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Dazzling Virtuoso

by Suzanne Yanko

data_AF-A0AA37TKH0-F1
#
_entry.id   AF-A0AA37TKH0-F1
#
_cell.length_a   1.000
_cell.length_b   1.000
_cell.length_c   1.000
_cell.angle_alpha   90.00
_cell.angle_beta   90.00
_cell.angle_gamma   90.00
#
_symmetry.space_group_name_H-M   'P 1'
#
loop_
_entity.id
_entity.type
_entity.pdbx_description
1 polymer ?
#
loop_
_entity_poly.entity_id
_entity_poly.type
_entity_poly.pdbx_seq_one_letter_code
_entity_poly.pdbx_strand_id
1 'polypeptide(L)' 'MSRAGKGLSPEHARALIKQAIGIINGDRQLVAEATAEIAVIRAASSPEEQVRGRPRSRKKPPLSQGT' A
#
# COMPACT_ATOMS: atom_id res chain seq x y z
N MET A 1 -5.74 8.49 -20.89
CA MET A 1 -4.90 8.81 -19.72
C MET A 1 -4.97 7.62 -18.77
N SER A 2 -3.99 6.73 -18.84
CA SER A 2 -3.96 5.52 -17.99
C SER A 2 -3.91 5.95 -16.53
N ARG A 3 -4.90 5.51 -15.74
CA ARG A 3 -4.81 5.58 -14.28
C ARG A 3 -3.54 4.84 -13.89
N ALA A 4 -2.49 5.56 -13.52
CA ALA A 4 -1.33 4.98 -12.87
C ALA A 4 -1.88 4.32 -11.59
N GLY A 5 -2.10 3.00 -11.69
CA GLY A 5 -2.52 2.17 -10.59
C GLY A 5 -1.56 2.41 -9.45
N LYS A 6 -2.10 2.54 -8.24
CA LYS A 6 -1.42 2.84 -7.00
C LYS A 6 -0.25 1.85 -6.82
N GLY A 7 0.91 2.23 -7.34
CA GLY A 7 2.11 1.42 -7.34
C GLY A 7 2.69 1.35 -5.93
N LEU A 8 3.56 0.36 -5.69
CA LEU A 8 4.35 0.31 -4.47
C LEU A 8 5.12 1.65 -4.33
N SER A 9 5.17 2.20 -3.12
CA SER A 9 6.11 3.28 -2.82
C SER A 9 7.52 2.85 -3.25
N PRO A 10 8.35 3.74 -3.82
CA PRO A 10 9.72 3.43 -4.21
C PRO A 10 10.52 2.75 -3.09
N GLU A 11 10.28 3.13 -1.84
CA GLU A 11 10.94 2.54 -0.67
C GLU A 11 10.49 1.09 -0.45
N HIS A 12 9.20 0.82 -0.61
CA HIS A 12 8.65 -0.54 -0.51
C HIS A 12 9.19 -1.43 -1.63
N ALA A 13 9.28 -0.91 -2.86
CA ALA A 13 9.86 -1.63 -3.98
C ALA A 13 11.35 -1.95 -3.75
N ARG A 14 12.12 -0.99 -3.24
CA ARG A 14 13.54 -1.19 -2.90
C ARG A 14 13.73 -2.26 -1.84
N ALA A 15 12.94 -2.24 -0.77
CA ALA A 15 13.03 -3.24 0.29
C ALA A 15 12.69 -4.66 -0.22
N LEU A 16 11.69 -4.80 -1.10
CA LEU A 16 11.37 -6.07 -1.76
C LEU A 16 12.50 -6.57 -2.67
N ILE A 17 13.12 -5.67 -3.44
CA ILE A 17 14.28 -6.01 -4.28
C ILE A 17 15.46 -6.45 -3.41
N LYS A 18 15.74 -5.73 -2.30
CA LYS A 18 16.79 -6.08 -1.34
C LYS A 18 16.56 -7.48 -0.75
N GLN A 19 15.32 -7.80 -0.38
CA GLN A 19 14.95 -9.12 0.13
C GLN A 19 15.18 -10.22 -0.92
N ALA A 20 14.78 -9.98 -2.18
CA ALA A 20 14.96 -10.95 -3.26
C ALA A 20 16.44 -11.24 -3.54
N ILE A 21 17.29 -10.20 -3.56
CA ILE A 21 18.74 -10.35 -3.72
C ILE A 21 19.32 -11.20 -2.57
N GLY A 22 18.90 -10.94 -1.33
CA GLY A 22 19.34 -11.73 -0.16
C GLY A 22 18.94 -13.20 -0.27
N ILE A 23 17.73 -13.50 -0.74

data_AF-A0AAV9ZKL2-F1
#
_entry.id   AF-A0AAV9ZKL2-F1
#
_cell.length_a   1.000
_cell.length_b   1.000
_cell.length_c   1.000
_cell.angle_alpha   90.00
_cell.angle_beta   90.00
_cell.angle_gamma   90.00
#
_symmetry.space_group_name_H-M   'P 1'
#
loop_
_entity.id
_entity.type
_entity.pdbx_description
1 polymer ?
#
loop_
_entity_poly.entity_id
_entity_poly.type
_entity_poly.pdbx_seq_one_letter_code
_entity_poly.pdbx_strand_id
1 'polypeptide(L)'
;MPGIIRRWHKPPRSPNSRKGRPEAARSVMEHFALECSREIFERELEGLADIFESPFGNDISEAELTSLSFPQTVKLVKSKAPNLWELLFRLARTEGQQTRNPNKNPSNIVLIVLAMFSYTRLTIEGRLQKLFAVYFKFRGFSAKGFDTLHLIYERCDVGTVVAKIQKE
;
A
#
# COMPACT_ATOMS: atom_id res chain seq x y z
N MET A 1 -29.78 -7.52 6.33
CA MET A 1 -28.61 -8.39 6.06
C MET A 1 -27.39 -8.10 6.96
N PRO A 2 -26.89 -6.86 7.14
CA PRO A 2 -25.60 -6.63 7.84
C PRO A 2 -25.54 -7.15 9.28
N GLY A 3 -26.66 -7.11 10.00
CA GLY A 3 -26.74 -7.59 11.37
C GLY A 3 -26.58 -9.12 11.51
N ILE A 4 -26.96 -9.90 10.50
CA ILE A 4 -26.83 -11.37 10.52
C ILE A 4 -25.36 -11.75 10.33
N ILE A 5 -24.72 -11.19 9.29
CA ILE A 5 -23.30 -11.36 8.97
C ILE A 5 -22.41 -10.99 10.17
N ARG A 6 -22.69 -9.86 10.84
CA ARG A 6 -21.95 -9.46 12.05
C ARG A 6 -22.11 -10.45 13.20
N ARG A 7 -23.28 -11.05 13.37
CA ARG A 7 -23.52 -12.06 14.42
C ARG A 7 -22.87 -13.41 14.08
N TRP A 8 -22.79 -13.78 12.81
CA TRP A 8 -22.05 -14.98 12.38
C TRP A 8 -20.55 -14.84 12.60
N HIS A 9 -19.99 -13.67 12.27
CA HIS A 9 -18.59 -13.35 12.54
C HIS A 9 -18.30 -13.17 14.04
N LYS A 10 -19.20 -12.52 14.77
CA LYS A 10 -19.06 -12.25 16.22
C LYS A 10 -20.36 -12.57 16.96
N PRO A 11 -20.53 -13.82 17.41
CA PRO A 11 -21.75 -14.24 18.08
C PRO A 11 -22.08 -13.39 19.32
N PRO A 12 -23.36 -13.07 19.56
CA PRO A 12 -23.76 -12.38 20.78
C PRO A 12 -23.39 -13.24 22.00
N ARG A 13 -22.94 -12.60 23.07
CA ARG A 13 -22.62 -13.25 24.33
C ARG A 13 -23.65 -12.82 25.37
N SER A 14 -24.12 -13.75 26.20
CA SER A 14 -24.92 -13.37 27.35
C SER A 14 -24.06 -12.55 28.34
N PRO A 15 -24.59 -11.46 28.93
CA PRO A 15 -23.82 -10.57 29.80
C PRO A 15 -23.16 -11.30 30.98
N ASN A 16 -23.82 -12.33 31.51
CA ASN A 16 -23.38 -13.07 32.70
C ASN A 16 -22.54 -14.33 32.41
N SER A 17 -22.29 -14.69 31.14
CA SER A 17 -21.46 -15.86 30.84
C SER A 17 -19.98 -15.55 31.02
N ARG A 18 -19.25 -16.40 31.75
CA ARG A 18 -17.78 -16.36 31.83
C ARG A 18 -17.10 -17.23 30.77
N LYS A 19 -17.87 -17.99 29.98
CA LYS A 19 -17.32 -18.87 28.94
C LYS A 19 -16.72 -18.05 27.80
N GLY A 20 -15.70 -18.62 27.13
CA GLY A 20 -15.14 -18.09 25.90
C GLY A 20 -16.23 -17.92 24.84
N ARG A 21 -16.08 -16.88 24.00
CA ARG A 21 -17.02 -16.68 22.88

The Australian Brandenburg Orchestra’s latest offering, Dazzling Virtuoso, marks the Australian debut of Gabriele Cassone, who performs on the keyed trumpet, an instrument of the classical period. Artistic Director Paul Dyer talked of the “amazingness” of this trumpet, a transition from the baroque or period form of the instrument to the valved form. Importantly, it opened up possibilities for composers – while giving trumpeters new expertise in the use of their lip muscles (and audience members new, shocking insight into the use of the ‘spit key’, the release of saliva being a feature of the French horn that is often hidden from view!). But to the music. First up the orchestra performed Haydn’s Symphony no.94 ‘Surprise’, with a full contingent including brass. Before long Dyer was swaying to the music as he conducted from the forte-piano, mostly using his head but with the occasional hand gesture. The ‘surprise’ – a sudden loud note at the end of a phrase – came as expected, and was unexpectedly mirrored by a drum near the end of the work. It was typical of the ABO to deliver something extra, but also to perform the work faithfully to the composer’s intentions. It was a good choice to lead into Concerto for trumpet in E flat major HobVlle:1, also by Haydn. At last there was the chance to hear the keyed trumpet in all its glory – and its imperfections. These included the difficulties of getting volume into lower notes and occasionally having to leap octaves. However, in Cassone’s hands the trumpet was shaped to deliver pure shining upper notes, echoing the ABO’s beautifully shaped phrasing in the second movement and variations in dynamics in the third. Yes, the challenges were evident, but the trills and long, clear notes had us won over. After all, a major attraction of Brandenburg concerts is hearing works played on period instruments. After interval, the orchestra delivered a dazzling curtain-raiser with music by Gluck from his Don Juan Suite Wq.52. The composer (born nearly 20 years before Haydn) was revealed as a man ahead of his time, with ‘program music’ that evoked furious devils and the fires of hell. In keeping with the theme of the evening, in both the Larghetto and the Allegro, the ABO’s trumpets had almost as good a workout as the frenetic strings. But the piece was brief, and interest returned to Cassone and how the keyed trumpet would stand up to Hummel’s Trumpet Concerto in E major S49 WoO 1. An early work of the composer, it was written for the same dazzling virtuoso who had been the inspiration for Haydn’s own brilliant trumpet concerto – and 200 years or so later, perhaps for the name of this concert. The concerto impressed as being steeped in Classical tradition. After a long orchestral introduction the trumpet easily blended with the main theme – although the instrument did present Cassone with some difficulties in this movement. Balance was restored in the Andante as he played an amazing series of repeated notes to the orchestra’s gentle accompaniment. Finally, a Rondo whose trumpet part suggested a hunting tune brought matters to an exciting climax, as Cassone showed just what the trumpet could do when played by a master of the instrument. But even better was to come. A beautiful, little-known encore by Verdi, written for classical orchestra and exquisitely delivered by Dyer, Cassone and all the ‘dazzling virtuosi’ in the Australian Brandenburg Orchestra. 4 ½ stars out of 5 Dazzling Virtuoso Australian Brandenburg Orchestra Artistic Director: Paul Dyer Gabriele Cassone (Italy) keyed trumpet Haydn – Symphony No. 94 in G major ‘Surprise’ Haydn – Concerto for trumpet in E flat major Hob. Vlle:1 Gluck – Larghetto and Allegro ma non troppo from the ballet Don Juan Hummel – Trumpet Concerto in E major Melbourne Recital Centre July 29 ADDITIONAL DATES: Sydney City Recital Hall Angel Place Wed 1, Fri 3, Sat 4 Aug at 7pm Sat 4 Aug 2pm Matinee

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